2:2 saying, “Where is the one who is born king of the Jews? For we saw his star when it rose 1 and have come to worship him.” 2:3 When King Herod 2 heard this he was alarmed, and all Jerusalem with him. 2:4 After assembling all the chief priests and experts in the law, 3 he asked them where the Christ 4 was to be born. 2:5 “In Bethlehem of Judea,” they said, “for it is written this way by the prophet:
2:6 ‘And you, Bethlehem, in the land of Judah,
are in no way least among the rulers of Judah,
for out of you will come a ruler who will shepherd my people Israel.’” 5
2:7 Then Herod 6 privately summoned the wise men and determined from them when the star had appeared. 2:8 He 7 sent them to Bethlehem and said, “Go and look carefully for the child. When you find him, inform me so that I can go and worship him as well.”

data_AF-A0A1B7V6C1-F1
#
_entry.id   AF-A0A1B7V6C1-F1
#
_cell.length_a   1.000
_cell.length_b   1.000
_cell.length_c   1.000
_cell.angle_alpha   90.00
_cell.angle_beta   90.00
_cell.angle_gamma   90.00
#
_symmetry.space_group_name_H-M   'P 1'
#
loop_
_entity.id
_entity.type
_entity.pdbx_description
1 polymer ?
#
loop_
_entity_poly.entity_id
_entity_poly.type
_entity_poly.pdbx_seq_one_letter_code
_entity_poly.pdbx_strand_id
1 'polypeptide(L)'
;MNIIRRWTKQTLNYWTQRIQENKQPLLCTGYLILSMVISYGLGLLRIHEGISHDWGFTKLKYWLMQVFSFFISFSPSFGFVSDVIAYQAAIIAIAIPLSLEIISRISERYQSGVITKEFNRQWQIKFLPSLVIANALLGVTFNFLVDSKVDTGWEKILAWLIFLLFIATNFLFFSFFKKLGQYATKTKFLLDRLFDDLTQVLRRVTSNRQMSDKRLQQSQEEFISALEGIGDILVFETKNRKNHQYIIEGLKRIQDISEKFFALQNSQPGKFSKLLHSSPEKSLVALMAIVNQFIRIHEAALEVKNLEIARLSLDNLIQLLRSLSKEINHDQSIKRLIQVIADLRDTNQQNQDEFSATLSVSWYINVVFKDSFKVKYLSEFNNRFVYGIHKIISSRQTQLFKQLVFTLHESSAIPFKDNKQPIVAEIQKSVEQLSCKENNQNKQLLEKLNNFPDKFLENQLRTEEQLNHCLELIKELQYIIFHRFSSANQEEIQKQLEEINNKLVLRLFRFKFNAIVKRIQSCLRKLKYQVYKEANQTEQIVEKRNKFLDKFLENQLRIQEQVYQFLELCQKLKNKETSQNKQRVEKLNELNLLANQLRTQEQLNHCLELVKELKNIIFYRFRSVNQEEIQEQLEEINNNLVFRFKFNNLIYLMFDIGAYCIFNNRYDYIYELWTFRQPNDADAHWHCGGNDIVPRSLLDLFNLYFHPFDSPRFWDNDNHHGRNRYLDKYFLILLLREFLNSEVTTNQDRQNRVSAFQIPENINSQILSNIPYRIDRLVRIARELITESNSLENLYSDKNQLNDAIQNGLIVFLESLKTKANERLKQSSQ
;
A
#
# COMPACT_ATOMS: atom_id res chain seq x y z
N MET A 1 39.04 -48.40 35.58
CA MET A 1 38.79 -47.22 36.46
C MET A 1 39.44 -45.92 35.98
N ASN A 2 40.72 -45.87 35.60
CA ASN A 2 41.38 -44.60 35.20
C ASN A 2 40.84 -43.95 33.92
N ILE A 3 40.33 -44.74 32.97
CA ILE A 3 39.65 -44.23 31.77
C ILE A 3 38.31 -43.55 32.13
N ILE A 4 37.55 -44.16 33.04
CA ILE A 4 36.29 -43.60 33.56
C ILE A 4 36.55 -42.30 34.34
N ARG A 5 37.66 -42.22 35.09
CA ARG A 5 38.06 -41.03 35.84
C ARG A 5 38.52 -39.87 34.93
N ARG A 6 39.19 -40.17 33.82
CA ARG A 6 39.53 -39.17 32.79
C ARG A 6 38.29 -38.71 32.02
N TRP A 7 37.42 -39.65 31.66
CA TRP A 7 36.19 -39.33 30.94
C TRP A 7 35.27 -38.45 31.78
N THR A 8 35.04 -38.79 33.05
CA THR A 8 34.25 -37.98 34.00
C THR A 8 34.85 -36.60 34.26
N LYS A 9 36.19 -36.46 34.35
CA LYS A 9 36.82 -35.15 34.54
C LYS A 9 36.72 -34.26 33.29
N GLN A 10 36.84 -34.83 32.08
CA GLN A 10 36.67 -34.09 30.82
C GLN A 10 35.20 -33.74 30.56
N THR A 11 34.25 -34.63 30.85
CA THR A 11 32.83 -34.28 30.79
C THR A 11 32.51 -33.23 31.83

1 tn Or “in its rising,” referring to the astrological significance of a star in a particular portion of the sky. The term used for the “East” in v. 1 is ἀνατολαί (anatolai, a plural form that is used typically of the rising of the sun), while in vv. 2 and 9 the singular ἀνατολή (anatolh) is used. The singular is typically used of the rising of a star and as such should not normally be translated “in the east” (cf. BDAG 74 s.v. 1: “because of the sg. and the article in contrast to ἀπὸ ἀνατολῶν, vs. 1, [it is] prob. not a geograph. expr. like the latter, but rather astronomical…likew. vs. 9”).
3 tn Or “and scribes of the people.” The traditional rendering of γραμματεύς (grammateu") as “scribe” does not communicate much to the modern English reader, for whom the term might mean “professional copyist,” if it means anything at all. The people referred to here were recognized experts in the law of Moses and in traditional laws and regulations. Thus “expert in the law” comes closer to the meaning for the modern reader.
4 tn Or “Messiah”; both “Christ” (Greek) and “Messiah” (Hebrew and Aramaic) mean “one who has been anointed.”
sn See the note on Christ in 1:16.
7 tn Here καί (kai) has not been translated.